1. I began this project by marking off my chevron design with painter’s tape. I ended up eye balling the design making is a super simple process, though you could measure for more accuracy with a very light pencil mark to keep you on track (I would be nervous about pencil lines showing through the paint, so I’d recommend just little dots here and there if you opt for this route).
My drop cloth was also white so I apologize for the white-on-white effect, but you can see the thin edge of the napkin if you look really close. It was helpful to let the strips of the tape from the chevron design overlap onto the drop cloth to keep my napkin nice and taut for painting, too.
Here’s a close up of the painter’s tape application, you want to essentially be sure that the straight edge of the tape is in contact with the fabric with no ripped or squiggly lines.
Scissors were useful for cleaning up some of those edges where two strips of painter’s tape connected.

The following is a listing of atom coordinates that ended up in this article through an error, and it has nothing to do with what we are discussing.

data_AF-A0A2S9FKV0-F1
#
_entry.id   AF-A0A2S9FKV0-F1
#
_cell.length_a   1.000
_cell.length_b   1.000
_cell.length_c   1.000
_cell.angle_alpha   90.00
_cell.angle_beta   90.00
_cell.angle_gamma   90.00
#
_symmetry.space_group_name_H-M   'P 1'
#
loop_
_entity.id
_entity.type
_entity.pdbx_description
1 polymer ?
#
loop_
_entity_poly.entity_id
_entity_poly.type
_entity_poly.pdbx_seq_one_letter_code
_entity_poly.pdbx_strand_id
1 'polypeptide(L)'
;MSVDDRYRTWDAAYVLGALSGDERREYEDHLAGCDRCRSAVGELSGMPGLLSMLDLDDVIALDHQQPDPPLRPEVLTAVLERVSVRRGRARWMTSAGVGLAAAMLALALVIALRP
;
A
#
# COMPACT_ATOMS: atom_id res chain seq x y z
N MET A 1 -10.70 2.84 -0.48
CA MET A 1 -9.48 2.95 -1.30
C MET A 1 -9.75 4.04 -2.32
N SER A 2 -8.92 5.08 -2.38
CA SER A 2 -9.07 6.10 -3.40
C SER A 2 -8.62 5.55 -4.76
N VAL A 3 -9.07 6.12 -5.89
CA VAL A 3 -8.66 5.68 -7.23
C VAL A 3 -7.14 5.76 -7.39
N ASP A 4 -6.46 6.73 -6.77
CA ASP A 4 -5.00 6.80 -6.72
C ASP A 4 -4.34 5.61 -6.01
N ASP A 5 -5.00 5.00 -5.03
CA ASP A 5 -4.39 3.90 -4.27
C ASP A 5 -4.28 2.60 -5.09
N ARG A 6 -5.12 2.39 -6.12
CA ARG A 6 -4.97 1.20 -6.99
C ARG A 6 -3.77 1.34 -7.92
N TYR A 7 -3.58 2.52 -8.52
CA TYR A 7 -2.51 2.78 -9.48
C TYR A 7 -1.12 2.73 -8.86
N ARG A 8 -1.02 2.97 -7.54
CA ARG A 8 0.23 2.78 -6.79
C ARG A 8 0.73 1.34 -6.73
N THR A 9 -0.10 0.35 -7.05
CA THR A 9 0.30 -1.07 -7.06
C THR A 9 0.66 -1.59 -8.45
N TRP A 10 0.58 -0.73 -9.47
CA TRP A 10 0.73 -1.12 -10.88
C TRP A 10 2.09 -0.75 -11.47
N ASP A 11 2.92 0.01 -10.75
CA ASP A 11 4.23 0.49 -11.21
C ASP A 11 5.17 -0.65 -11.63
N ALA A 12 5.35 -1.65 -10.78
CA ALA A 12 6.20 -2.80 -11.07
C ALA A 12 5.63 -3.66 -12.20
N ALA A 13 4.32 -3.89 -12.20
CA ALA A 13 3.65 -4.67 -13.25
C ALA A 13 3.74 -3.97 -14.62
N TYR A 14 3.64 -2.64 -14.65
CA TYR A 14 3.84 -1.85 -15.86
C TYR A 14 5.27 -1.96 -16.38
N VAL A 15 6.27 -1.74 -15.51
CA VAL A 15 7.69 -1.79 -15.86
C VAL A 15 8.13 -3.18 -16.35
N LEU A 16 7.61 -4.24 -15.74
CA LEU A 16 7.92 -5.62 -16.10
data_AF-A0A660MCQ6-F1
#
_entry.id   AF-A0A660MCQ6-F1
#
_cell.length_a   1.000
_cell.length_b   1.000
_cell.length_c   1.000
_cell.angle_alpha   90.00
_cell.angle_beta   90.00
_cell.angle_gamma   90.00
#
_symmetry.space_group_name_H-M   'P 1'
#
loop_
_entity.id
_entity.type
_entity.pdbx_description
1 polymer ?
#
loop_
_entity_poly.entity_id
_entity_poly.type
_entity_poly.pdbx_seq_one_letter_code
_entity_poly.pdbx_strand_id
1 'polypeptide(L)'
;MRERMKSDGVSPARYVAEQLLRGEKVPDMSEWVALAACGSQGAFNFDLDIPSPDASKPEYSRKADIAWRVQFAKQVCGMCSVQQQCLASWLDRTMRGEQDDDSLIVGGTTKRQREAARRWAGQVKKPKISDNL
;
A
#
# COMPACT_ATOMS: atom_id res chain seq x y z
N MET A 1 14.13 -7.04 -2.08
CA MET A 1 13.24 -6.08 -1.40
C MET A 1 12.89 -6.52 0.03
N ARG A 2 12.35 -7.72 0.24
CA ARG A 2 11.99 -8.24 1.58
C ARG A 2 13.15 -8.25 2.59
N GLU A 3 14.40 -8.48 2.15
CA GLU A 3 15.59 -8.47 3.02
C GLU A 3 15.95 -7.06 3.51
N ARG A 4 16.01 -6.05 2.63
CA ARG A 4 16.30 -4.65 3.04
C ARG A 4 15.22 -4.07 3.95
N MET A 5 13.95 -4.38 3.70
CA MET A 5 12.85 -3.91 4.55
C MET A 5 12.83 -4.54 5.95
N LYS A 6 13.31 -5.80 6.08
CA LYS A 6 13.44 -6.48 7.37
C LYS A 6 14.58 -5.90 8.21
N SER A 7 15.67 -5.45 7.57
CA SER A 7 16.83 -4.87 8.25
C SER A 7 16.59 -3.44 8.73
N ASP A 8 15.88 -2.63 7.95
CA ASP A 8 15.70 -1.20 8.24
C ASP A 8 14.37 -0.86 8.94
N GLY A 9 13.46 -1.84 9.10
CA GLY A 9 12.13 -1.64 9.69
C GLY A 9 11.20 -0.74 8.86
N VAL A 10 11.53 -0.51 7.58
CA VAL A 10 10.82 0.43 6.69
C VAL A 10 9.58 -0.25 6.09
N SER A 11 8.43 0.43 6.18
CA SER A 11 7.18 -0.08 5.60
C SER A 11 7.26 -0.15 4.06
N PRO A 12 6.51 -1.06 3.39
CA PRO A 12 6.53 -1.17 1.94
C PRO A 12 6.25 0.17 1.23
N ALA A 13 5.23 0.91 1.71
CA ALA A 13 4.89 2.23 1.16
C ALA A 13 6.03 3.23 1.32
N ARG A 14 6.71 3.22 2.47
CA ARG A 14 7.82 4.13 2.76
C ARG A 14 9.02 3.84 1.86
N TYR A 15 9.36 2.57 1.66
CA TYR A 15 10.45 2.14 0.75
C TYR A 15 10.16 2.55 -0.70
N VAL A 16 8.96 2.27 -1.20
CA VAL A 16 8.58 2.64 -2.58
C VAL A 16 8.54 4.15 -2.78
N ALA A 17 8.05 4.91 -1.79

Another tip worth noting is that I found it really helpful to go over each line where the tape met the fabric to press down and really create a sealed off stick. You won’t want any gold bleeding through!
2. Next up was applying a thin coat of gold spray paint over the entire design (keeping the can about a foot above the napkin is the best way to create an even application without any drips – be sure that you’re spraying in wide, even motions too).
At this point in the process I was just really digging how the painter’s tape looked when spray painted – so shiny and bright! But alas a cloth napkin covered in shimmery tape would not be a useful napkin at all…
3. I let the paint dry for 20-30 minutes and then slowly began pulling up tape. It’s amazing how fast spray paint dries – no need to wait overnight which is always helpful in that instant gratification moment.